In sub-Saharan Africa, more than 100 thousand women are part of the FAO Dimitra Clubs that bring together women, men and youth to discuss common problems and determine ways to address them. The Dimitra Clubs have enabled an estimated 5.2 million rural people to improve their livelihoods and take their development in their own hands. Impact has been achieved in areas such as nutrition, agriculture, resilience, climate change adaptation, women’s leadership, gender equality, and social cohesion.

Another example is the Joint Programme on “Accelerating Progress towards the Economic Empowerment of Rural Women” that FAO is implementing together with IFAD, WFP and UN Women. Providing a comprehensive package of capacity development and technical support in seven countries – Ethiopia, Guatemala, Kyrgyzstan, Liberia, Nepal, Niger and Rwanda – the Programme has reached over 40,000 rural women and approximately 315,000 members of their households.

Women participating in the Programme have increased their agricultural productivity and the nutrition of their families. They have accessed credit and started their own businesses, thereby improving their incomes.

We are also making FAO a more gender-responsive organisation, and integrating gender considerations across all our technical and normative work.

On the International Day of Rural Women 2019 we launched the first-ever FAO Women’s Committee, providing an inclusive, safe space that reflects the diverse and energetic nature of FAO’s female workforce. The Women’s Committee is chaired at Deputy Director-General level and its Executive Chief comes from my office. The Committee plays an important role internally and serves as a bridge and new platform with our Membership, ensuring that FAO’s work on women is made more visible and more helpful.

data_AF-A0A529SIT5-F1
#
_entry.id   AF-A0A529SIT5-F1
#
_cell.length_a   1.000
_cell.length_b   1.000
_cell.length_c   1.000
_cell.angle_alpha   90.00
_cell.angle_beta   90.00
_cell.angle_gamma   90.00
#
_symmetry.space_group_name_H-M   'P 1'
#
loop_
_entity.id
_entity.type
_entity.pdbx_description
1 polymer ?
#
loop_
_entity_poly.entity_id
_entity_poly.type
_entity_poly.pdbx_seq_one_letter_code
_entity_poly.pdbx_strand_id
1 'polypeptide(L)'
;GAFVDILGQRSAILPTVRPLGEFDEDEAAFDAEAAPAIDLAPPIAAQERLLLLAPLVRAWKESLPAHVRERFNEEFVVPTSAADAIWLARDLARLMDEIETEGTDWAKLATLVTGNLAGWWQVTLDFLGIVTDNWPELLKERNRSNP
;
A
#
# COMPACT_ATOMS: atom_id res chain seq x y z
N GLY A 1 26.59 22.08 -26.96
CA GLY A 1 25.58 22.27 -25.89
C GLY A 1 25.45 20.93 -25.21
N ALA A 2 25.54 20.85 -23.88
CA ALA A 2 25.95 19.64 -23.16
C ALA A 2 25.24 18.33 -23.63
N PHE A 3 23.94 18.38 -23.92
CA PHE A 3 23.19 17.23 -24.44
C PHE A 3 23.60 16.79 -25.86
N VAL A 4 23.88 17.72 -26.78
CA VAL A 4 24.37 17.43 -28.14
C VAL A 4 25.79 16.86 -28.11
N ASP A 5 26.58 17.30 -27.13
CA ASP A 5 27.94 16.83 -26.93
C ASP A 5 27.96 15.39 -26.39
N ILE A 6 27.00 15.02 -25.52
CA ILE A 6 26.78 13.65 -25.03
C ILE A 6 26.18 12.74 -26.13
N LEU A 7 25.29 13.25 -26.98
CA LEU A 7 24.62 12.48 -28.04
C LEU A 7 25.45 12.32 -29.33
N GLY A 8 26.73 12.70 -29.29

Excellencies, ladies and gentlemen,

FAO will continue playing its part, in partnership with others, in strengthening gender equality, realizing women’s rights and accelerating their socio-economic empowerment.

Only then will we reach our common goal: to eradicate hunger, ensure food security, eliminate all forms of malnutrition, and make this world a better place for all of us.

Today’s event is as an opportunity to share experiences in reducing gender gaps in agriculture and rural areas.

Let us learn together, work together and contribute together to the empowerment of rural women.

Thank you very much.

Happy International Women’s Day!